Inspecting the ice in Sermilik from Tiniteqilaq
We ventured up the Sermilik fjord for a few kilometers, but it was not long before the ice became too thick to continue north, so we turned towards the land and camped. Due to the amount of ice in the vicinity, we thought it prudent to maintain a "bear watch" overnight, so we took shifts of an hour each to maintain a lookout over the camp for any unwanted visitors.

In Sermilik Fjord
Karale to Sermilik

Friday, 3 August 2012

Greenland - En Route to the Karale Glacier - 15th-19th July 2012

Our first camp was the old whaling settlement at Amitsivartik. We explored the remains of the settlement that included old earth buildings, children's play areas marked out with rocks and human burial cairns.

Above the settlement a hill gave us a great view of Angmagssalik fjord where we sat and watched whales.

Our route took us through various channels and around islands. Our initial plans of taking a more seaward route were thwarted by winds that kept us on the more sheltered side of the islands. We encountered numerous icebergs - some adrift in the channels, others aground in the shallower waters. Each one strangely mesmerizing with its hues of blue and eroded shapes.

On the forth night out we camped by the deserted US base, Bluie East 2. Abandoned quickly in the 50's, the evidence of a quick departure is all around - from the trucks through to more delicate intact 1950s coke bottles.

From the airbase we paddled into Sermiligaq fjord and as as we neared the top of the fjord the water gradually changed colour - from wonderful clear water to the milky green characteristic of glacial meltwater. We had a view of the Knud Rasmussen glacier but turned west towards the Karale glacier. A wonderful scene of glaciers and their calved icebergs greeted us - the main Karale glacier plus two other glaciers feeding into the same fjord.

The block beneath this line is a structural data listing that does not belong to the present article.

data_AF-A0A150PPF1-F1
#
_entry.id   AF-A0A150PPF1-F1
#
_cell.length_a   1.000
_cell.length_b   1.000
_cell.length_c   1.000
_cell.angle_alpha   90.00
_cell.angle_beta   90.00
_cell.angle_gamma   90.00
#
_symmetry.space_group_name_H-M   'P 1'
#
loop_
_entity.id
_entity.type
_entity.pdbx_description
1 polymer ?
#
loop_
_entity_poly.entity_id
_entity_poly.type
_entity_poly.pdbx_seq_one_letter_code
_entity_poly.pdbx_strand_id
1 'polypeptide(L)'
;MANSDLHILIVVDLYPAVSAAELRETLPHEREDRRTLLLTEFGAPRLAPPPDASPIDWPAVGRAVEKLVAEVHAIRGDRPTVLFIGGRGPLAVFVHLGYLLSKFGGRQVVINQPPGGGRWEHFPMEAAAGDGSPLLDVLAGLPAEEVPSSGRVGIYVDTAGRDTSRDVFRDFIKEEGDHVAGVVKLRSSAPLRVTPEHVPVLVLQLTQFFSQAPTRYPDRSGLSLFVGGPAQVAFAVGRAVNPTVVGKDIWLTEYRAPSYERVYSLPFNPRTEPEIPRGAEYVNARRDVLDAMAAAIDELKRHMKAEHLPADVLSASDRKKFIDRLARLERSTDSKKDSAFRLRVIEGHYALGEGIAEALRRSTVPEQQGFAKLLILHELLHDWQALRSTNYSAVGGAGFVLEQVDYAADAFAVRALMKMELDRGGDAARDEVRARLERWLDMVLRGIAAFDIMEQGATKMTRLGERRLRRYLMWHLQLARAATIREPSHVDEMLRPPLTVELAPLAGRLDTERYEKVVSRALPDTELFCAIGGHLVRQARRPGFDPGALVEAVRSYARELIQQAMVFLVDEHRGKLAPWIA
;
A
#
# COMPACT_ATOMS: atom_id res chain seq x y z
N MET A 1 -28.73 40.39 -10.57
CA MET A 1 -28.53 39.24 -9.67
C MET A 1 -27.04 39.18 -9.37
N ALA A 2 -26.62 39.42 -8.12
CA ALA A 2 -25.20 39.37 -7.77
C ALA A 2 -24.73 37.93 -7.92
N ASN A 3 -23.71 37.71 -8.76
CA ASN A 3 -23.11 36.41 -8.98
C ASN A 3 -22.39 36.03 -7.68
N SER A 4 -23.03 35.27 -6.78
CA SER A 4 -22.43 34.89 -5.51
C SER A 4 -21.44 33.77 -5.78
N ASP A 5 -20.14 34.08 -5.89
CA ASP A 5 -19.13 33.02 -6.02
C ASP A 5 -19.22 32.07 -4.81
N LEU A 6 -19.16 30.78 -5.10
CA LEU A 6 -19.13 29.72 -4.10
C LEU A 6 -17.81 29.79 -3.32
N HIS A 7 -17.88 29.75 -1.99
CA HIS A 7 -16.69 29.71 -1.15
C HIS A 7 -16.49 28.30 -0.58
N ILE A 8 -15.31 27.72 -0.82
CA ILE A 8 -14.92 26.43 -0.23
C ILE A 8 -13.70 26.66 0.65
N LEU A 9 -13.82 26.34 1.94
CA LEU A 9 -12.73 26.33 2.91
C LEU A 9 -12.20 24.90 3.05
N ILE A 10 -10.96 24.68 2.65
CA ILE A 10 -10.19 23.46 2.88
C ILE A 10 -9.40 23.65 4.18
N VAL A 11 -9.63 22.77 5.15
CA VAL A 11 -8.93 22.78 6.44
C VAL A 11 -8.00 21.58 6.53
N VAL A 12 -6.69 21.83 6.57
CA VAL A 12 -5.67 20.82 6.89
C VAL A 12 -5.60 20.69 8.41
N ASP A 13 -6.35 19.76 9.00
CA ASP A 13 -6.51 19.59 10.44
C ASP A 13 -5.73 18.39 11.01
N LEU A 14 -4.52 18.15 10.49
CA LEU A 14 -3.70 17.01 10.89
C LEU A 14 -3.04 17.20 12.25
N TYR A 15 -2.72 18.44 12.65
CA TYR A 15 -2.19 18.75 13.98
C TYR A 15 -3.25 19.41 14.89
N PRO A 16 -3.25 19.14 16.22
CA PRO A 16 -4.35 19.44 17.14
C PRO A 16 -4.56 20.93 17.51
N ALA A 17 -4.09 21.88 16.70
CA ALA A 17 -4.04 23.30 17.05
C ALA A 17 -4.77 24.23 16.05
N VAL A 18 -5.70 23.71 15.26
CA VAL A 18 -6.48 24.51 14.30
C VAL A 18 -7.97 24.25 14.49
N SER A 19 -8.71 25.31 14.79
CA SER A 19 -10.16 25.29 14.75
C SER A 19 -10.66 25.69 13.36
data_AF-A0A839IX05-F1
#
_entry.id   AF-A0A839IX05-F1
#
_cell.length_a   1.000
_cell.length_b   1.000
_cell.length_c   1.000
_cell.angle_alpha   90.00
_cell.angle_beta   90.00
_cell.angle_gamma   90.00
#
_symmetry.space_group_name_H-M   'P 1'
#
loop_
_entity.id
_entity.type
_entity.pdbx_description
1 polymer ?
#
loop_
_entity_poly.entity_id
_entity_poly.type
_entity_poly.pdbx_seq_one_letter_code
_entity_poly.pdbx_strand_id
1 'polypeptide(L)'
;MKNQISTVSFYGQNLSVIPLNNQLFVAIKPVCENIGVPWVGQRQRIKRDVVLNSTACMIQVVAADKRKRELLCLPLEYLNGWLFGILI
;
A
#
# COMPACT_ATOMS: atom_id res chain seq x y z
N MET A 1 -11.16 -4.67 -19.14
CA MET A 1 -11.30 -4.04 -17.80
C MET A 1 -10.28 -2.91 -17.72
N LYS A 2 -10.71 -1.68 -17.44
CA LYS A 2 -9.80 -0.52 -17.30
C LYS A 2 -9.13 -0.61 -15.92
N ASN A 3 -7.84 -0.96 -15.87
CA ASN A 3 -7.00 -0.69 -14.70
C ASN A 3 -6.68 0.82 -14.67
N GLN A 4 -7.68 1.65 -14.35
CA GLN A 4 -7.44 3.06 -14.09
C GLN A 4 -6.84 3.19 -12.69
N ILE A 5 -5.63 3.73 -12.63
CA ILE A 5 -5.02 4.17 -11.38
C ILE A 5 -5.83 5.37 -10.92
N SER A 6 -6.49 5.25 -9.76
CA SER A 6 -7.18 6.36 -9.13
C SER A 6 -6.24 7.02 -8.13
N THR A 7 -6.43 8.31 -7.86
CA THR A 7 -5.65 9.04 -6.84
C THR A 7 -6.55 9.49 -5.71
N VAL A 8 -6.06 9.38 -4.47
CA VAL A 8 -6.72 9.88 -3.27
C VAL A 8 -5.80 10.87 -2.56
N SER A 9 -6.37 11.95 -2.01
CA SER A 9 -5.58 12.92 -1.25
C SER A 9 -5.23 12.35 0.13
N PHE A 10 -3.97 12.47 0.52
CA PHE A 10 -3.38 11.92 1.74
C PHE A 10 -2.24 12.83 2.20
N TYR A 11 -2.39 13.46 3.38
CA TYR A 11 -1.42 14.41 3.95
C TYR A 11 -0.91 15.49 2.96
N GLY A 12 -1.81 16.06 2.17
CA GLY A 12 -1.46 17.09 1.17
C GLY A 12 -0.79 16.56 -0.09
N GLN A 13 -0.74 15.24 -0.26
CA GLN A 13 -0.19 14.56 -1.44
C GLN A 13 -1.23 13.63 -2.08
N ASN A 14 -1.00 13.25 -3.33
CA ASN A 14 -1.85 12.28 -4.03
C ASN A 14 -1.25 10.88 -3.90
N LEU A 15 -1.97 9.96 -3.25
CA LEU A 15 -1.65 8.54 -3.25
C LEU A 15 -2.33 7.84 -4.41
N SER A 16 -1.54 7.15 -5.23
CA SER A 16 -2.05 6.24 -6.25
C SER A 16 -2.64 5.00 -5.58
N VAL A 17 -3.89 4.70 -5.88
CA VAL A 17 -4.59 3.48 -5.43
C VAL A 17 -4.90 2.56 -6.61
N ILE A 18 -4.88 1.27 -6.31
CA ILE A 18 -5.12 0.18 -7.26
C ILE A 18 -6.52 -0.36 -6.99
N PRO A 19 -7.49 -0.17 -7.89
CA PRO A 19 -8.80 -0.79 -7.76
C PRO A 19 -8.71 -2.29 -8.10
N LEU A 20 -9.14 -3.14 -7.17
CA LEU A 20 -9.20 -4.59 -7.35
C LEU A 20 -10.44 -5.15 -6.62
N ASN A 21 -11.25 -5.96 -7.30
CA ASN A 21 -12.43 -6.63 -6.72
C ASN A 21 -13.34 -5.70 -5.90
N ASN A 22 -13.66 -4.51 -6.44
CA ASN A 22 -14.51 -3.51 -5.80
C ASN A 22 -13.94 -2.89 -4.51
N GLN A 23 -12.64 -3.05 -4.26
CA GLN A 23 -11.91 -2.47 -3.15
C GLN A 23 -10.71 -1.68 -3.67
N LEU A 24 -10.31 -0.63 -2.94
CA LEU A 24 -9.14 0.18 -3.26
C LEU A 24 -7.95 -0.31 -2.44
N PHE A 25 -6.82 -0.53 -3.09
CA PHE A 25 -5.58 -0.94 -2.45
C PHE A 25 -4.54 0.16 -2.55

In front of the Karale Glacier
We camped on the rocks and moraine on the south side of the Karale glacier and trekked onto the glacier itself.

Tasiilaq to Karale Glacier

Greenland - Outward Journey - 11th-14th July 2012

On the 11th July 2012, five members of the North West Sea Kayakers (Jim, Kirstine, Chris, Stephanie and myself) left Manchester to fly to Reykjavik to start a near three week trip that would take us to the east coast of Greenland.

We stayed in Reykjavik for two nights, camping at the city hostel, meeting the rest of the team on the last night - our Greenland guide, Martin Rickard from and Dave and Jules from Shetland.

We spent our time in Reykjavik sight-seeing and enjoying the thermal pool adjacent to the campsite. Reykjavik and Iceland seemed very pleasant and I'd like to return for a longer visit with the family.

Reykjavik from the cathedral tower
On the friday, after a short delay waiting for fog to lift in Greenland, we boarded out flight to Kulusuk and we were on our way. As we approached Greenland we could see sea ice and massive ice bergs followed by the dramatic fjords and mountains that make up the east coast of Greenland.

Our planned transfer to Tasiilaq via boat was somewhat delayed - Martin and Lars the boat owner had got their wires crossed over dates, so we nearly had to camp at the airport and wait an extra day! - but luckily Martin managed to track Lars down in Tasiilaq and he came out to pick us up.

Waiting for the boat transfer to Tasiilaq
The boat trip was pretty spectacular - our first close up view of ice bergs, plus a number of whale sightings.

The campsite in Tasiilaq is nicknamed "Vietnam" by Martin due to the campsite's proximity to the village helicopter pad and rubbish tip!

Tasiilaq campsite
We had a chance to explore the village and stock up on provisions for our trip. Apart from drinking water, we were essentially self sufficient with food for up to 12 days away from the Tasiilaq base.

Jim is a sponsored P&H paddler, so he was keen to be seen and paddle a P&H boat, so he had arranged a deal for Martin to buy and ship out a P&H Scorpio for him to paddle. Only problem was that because of our late arrival on friday we missed the chance to get the boat out of the harbour warehouse and we could have had to wait till monday to get it. Luckily, Martin pulled a few strings and the harbour master managed to get us into the warehouse saturday morning to collect it. Inside the boat just happened to be two weeks supply of Clif bars for all of us, plus a wine box! - so it would have been a shame to leave on the trip without it.

The Harbour Master's kids try the Scorpio out
We completed our packing of the boats late saturday afternoon, and we decided to head off that evening on our journey.

Under way at last!